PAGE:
Asking, knowing, reminding

Source:China Daily
Updated:2017-03-05 13:44:24

  The annual two sessions of the National People's Congress and the Chinese People's Political Consultative Conference are underway, and for journalists it's time to ask, know, understand and remind.

  At the opening news conference of the fifth session of the 12th CPPCC National Committee on Thursday, I had the opportunity to ask a question about poverty reduction.

  I asked it bearing in mind that there are still 43 million Chinese who are still struggling against poverty in the world's second-largest economy.

Asking, knowing, reminding

  Nationwide, China is on track for more sustainable development in what President Xi Jinping has called the "new normal", so it's the right time to spread the benefits of growth more evenly.

  CPPCC spokesman Wang Guoqing replied with his trademark capacity for storytelling. He spoke of the poor farmers in northwestern Shaanxi province who are planting apples to get rich.

  Last year, Wang, who used to be a journalist himself, shared stories at the same news conference of China's fight, alongside Columbia University's East Asian Institute, to combat echinococcosis, a parasitic disease affecting both animals and humans.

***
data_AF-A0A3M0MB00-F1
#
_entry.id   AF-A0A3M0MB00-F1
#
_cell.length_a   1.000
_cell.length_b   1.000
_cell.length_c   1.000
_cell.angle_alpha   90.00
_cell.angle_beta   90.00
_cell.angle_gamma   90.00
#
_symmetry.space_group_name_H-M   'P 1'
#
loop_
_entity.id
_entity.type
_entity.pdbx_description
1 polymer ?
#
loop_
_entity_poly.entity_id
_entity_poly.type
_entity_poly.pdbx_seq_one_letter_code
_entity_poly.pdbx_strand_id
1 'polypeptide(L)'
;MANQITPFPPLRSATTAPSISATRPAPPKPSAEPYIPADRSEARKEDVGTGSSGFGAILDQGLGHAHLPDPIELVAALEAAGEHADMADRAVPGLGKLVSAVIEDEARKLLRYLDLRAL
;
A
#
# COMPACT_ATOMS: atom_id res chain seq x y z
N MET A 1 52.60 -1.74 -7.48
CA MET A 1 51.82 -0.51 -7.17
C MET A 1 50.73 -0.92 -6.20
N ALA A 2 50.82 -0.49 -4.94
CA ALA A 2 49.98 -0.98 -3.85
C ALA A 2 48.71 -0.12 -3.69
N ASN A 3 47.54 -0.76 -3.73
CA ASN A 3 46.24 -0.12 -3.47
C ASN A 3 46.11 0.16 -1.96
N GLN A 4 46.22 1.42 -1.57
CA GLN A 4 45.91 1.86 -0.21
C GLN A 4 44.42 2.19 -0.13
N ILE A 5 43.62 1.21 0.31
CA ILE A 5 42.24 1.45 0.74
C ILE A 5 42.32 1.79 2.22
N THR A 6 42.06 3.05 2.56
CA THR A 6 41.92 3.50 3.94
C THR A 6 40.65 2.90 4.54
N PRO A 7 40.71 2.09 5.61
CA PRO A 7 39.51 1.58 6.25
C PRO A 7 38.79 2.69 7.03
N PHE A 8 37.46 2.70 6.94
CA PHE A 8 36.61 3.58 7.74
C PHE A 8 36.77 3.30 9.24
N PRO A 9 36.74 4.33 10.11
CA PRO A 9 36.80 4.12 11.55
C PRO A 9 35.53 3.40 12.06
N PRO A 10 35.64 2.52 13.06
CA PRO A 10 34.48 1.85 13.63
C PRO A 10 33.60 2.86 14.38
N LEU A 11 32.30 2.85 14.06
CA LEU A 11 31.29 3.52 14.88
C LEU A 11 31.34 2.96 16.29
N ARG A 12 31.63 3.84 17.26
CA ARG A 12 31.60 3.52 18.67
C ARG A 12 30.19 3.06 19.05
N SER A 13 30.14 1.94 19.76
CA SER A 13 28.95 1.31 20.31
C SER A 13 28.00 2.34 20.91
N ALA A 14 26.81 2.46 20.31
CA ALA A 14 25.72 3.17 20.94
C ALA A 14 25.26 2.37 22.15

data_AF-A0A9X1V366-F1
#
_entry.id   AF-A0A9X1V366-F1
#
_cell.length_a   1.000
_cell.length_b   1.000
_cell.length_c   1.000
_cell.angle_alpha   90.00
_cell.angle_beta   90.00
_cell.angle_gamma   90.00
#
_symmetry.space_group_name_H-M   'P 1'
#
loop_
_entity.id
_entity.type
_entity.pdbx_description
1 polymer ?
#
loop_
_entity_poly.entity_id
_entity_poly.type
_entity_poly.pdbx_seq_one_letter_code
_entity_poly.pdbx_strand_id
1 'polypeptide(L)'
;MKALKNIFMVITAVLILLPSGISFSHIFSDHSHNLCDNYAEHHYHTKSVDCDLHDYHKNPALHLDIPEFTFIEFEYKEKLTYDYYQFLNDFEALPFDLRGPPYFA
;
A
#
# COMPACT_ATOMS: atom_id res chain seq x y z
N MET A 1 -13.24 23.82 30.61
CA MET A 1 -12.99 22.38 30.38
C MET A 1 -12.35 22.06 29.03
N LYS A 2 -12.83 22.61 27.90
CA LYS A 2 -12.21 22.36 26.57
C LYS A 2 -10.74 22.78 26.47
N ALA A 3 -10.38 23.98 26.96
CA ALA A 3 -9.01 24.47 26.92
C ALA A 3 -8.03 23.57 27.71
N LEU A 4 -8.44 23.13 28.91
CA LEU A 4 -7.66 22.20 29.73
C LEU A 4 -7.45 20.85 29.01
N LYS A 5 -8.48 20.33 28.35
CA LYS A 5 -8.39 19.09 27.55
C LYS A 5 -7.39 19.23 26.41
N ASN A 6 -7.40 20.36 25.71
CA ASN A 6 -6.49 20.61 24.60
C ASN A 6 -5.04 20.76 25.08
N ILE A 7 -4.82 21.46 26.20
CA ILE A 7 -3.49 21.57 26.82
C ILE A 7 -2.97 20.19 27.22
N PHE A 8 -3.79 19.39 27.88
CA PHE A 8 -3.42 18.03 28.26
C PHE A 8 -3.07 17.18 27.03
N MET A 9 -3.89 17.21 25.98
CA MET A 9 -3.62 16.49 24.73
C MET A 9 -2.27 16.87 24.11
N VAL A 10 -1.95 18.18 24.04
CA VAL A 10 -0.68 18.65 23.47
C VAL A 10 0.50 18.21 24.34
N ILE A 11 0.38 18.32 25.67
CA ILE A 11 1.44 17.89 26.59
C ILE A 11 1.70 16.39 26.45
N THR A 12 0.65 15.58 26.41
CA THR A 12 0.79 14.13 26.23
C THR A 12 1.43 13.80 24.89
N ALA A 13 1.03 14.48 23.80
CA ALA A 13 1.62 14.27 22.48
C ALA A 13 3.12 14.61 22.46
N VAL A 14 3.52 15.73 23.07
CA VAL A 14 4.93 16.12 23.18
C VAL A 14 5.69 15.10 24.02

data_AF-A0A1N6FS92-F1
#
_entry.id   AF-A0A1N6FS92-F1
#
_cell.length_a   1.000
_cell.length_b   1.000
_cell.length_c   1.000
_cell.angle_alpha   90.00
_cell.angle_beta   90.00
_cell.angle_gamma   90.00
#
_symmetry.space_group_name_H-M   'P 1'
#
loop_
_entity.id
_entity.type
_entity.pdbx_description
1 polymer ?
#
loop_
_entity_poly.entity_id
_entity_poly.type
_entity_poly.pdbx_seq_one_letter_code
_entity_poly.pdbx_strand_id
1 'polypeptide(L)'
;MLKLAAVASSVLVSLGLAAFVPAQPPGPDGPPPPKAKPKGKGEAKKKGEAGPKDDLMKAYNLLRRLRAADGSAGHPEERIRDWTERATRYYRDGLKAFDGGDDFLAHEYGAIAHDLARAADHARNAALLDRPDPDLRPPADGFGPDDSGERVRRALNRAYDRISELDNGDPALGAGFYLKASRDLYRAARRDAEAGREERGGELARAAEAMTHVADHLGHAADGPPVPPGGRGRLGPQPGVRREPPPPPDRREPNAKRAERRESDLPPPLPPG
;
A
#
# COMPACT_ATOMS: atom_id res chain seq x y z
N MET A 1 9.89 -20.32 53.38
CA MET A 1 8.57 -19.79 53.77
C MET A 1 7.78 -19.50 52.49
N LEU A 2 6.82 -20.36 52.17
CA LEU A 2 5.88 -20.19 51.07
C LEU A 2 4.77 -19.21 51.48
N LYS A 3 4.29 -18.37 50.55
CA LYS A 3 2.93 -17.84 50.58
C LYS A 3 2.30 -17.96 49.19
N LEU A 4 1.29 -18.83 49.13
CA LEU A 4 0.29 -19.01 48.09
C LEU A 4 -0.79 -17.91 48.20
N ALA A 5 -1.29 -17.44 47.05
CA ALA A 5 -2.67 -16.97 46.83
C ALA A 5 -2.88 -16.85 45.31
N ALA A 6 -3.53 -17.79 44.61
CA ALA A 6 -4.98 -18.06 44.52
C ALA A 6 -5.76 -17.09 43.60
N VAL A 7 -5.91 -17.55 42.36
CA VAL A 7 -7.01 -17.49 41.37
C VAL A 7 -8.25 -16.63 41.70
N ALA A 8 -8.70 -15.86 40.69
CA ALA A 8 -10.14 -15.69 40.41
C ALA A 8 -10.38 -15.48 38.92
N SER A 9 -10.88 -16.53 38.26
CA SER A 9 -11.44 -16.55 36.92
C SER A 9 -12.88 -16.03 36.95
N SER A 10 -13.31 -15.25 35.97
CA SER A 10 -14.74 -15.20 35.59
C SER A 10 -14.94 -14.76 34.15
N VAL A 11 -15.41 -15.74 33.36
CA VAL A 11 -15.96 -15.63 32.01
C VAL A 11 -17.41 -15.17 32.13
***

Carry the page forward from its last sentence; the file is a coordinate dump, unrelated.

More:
Even though he had two computer screens in front of him, I was still impressed by Wang's preparation for the conference.

  Reporters like me also have to prepare ourselves beforehand.

  As I waited for almost three hours for the conference to start, I thought of a journalist's most important tasksto help with the long term care of the country and its people, and to hold a firm belief in the positive changes that journalism can bring about.

  I often remind myself to stay aware of who I am writing stories for and why. There should always be a reason for our work, which every journalist needs to comprehend.

  This has been reinforced each year I look around the packed conference hall at the two sessions.

  This year there were 400 reporters but only about 220 seats. During the 80-minute-long conference, 18 questions were asked on subjects ranging from the economy, the CPPCC's role, poverty relief efforts, the relationship between government and business, ongoing healthcare reform, and the Belt and Road Initiative.

  As the moderator announced the end of the conference, reporters swarmed the platform, trying to ambush Wang for more questions.

  There are other questions in my mind that have yet to be answered. These focus on the long-awaited Civil Code, the legal protection of private property, the anti-corruption campaign, the Sino-US relationship in the Trump era and the universal second-child policy.

  I will do my duty to research and to ask, and look forward to the thoughtful responses of the CPPCC's members.